by Robert Kittredge
I had read about using RUG-E gears on the early Tiger HEH-E main shaft in order to eliminate the “stumble” start when the HEH-E tranny was used with the lower rear-end ratios. This sounded like a good idea, especially when I located a RUG-E from a ’67 Mustang.
Preliminary inspection did not reveal any unacceptable abuse, so, as the price was right, I decided to try the trade. The primary reason for making the change of gears in the first place is that the Tiger HEH-E main shaft and hence, the tailshaft and tailpiece, are unique to the Tiger from the rear wall of the tranny backwards.
The internal gears, though most are not interchangeable, do use the same roller, input and output bearings, blocking rings and gaskets. Any cooperative (don’t mention Sunbeam Tiger until after he has ordered the parts) Ford parts man can get whatever parts that you are going to replace. It is easier to replace now while the tranny is down than after it has been reinstalled in the car.
Disassembly and subsequent reassembly is extremely easy. The gearbox section of the Tiger workshop manual is an exact reprint of the Ford recommended procedure, and the current Petersen’s Big Book of Auto Repair includes a step-by-step section on the RUG-E.
So pick a rainy afternoon (with everything at your finger tips, the time required is about 10 hours) and convert the area of your living room that is in front of the fireplace into a shop. I dreamt of intermingling gears, however, after cleaning and putting everything back together again, it seems to work.
A few notes:
Buy the best snap-ring pliers for headless snap-rings that you can. Start off by forgetting about the K-D or other cheaper types and go straight to Snap-On or Proto.
Go ask the man who makes his living attacking trannys. Buy right the first time and save yourself money and cussin’.
Follow the book. EXACTLY. Read it twice and do it once.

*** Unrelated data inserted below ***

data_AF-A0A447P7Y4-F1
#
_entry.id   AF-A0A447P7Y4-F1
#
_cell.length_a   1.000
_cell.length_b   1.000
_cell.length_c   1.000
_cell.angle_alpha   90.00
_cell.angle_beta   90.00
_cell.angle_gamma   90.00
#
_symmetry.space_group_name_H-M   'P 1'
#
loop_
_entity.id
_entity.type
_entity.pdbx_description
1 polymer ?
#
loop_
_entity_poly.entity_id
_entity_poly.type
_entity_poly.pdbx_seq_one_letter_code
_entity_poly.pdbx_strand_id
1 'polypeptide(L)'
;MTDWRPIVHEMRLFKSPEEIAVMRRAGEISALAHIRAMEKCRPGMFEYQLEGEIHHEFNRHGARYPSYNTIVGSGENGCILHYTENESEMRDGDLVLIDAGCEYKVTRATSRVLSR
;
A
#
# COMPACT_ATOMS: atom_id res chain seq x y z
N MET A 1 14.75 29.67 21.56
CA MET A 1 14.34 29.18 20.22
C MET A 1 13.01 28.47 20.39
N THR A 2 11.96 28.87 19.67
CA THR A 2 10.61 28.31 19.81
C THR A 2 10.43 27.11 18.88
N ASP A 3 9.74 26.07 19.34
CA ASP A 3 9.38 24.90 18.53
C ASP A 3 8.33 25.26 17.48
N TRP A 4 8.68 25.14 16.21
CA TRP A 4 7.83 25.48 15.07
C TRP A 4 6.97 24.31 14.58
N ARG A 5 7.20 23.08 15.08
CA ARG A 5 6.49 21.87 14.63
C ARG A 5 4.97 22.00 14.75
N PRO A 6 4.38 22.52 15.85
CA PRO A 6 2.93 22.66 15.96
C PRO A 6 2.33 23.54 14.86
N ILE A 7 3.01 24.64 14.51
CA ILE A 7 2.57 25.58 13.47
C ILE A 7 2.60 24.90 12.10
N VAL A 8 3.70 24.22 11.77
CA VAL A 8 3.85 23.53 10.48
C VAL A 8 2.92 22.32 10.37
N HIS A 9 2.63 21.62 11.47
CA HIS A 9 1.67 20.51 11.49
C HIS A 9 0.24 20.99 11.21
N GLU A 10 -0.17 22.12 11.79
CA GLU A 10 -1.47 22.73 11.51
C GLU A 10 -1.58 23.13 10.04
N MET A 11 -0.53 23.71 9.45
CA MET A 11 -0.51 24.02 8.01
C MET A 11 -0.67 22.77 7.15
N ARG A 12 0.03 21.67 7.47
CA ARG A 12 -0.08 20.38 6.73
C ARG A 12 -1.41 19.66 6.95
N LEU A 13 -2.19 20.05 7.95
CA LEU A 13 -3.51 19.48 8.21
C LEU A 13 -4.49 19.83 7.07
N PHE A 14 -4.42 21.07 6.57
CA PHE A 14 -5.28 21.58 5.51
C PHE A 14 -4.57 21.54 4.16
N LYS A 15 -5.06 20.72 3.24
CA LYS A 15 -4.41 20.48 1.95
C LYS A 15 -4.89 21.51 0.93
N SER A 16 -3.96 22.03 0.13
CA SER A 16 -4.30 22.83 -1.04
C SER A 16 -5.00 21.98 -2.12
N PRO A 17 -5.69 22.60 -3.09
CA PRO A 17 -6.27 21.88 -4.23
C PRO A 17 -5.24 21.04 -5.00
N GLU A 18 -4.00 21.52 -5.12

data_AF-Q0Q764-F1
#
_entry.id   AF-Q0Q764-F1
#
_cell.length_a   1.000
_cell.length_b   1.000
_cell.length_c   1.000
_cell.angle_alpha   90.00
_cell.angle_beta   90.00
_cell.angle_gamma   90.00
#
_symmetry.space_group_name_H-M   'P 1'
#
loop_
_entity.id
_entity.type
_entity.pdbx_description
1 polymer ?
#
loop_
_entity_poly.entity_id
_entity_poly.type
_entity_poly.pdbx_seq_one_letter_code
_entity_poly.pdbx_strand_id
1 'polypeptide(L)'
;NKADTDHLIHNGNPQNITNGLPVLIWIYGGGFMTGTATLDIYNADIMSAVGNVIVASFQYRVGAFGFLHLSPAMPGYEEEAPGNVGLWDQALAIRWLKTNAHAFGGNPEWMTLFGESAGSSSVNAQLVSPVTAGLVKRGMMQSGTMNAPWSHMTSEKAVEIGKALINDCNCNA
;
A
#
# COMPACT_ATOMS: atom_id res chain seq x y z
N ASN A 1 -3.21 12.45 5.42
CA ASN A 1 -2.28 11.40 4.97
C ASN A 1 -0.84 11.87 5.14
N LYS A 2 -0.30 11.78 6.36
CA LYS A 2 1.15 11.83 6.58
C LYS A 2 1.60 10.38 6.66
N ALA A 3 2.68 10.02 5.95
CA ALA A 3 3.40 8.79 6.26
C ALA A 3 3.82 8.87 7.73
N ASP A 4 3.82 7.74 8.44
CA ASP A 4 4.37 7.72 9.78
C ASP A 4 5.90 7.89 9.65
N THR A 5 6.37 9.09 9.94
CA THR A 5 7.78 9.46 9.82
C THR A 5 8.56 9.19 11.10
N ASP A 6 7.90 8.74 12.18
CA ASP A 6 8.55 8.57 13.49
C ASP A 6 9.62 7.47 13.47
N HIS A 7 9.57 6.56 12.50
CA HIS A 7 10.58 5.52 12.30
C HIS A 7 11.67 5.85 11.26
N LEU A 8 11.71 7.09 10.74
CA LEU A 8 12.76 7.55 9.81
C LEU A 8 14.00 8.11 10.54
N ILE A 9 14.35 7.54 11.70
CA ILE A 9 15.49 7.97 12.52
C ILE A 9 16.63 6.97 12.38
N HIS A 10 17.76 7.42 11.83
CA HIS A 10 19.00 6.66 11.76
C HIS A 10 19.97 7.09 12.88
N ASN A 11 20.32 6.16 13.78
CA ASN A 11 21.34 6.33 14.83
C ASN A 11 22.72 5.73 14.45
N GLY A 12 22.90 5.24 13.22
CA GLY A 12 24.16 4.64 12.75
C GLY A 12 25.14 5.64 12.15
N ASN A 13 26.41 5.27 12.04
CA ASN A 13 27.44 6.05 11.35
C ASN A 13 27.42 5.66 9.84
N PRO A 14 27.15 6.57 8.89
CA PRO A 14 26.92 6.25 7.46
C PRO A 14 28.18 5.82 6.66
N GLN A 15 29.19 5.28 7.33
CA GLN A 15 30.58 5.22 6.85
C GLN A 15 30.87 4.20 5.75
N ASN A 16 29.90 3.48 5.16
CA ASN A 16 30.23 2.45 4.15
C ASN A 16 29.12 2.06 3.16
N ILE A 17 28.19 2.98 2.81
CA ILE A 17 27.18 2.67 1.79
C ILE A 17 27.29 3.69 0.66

Have your dummy shafts handy. For the cluster gear, a piece of 1/2″ steel pipe about 8 1/2″ long works beautifully. For the reverse idler system, I used a piece out of a Rain Jet sprinkler but any shaft about 3 3/4″ long and a little less than 3/4″ in diameter should work. You can’t use the second set of shafts from the other tranny as they both are fitted with anti-rotation locks and am too long. The dummy shafts need to be a little shorter than the gear system.
Assemble and place in the case the shift arms and then the main shaft before seating the rear bearing. It won’t go in otherwise (it misses by a short 1/8″). Don’t forget that the shift arms go through the case from the inside. It seems easier to locate the cluster gear and seat its shaft before putting in the main shaft assembly.
Don’t assemble the cluster with its roller bearings on the regular shaft. Check for end-play and then replace the shaft with the dummy and let the entire system down into the bottom of the case with a piece of wire.
The bearings and thrust washers will all stay in place if you are careful.
Assemble the input shaft, main input bearing and input to main shaft rollers and put this in place.
Then raise the cluster and reassemble the shaft. The input gear/bearing assembly will not clear the cluster gears if it is in place.
Ford parts numbers and list prices (create a company name and ask for a discount) as of l/1/78 are:
|Input shaft bearing
|Main shaft output bearing
|Reverse idler roller bearings (44)
|Cluster gear roller bearings (44)
|Input shaft/Mainshaft rollers (15)
|Oil seal, Input shaft
|Oil seal, Tailshaft
|Shift arm “0” rings (3)
|Rubber oil seal inside tailpiece
|Gasket set (3 gaskets)
Incidentally, a tip from a CAT member, the current Ford #C3DZ-17260-F ($13.20) is an identical speedo cable gear to the original and a 16-tooth gear #CODD-17271-A ($2.15) is also available. The OEM drive gear was a 15 tooth.